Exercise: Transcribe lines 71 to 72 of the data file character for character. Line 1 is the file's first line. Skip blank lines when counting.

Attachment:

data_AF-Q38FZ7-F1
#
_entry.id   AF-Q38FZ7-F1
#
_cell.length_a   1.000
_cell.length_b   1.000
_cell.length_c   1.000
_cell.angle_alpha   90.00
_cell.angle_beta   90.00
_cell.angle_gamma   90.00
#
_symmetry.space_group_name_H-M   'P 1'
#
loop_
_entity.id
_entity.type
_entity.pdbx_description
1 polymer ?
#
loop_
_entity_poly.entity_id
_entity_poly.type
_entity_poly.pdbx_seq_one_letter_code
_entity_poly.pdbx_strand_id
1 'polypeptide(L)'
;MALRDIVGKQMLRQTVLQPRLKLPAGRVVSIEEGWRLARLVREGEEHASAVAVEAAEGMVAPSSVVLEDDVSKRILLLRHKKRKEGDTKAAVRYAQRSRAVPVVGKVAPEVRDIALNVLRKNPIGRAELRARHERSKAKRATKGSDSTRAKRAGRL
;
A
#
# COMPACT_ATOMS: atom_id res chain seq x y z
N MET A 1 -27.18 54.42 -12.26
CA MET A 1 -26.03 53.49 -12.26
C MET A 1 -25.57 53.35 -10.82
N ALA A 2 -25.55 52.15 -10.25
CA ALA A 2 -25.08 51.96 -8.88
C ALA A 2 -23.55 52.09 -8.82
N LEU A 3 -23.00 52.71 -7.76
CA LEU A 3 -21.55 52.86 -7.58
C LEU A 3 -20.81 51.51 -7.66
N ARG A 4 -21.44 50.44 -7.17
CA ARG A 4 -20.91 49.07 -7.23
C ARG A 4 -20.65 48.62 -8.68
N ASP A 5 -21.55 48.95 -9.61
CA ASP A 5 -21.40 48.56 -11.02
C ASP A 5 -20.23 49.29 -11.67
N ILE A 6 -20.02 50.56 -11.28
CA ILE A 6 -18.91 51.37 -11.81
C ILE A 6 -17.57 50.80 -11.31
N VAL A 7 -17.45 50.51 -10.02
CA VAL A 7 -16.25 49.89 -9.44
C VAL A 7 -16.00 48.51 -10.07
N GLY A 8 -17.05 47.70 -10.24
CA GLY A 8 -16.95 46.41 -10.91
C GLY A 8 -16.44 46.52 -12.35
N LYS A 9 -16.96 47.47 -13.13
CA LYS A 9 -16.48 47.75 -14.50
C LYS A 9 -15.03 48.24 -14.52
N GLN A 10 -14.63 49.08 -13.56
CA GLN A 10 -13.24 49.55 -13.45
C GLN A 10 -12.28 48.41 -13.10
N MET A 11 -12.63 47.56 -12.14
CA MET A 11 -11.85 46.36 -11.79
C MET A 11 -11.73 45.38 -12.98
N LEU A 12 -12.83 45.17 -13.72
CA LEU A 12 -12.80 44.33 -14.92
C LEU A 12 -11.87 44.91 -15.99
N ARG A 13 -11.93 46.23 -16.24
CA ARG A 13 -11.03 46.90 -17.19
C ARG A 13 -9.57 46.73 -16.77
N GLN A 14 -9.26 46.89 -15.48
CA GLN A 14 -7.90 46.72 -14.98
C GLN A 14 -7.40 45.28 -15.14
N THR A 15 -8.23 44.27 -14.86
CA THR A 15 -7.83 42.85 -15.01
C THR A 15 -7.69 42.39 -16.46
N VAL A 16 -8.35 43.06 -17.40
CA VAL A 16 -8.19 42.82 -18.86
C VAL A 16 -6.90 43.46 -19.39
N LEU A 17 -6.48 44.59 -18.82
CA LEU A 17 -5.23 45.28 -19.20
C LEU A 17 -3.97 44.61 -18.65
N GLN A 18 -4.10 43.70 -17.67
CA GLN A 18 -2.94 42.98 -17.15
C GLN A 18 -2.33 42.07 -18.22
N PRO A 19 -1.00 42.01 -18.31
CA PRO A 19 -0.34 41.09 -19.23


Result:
CA GLN A 14 -7.90 46.72 -14.98
C GLN A 14 -7.40 45.28 -15.14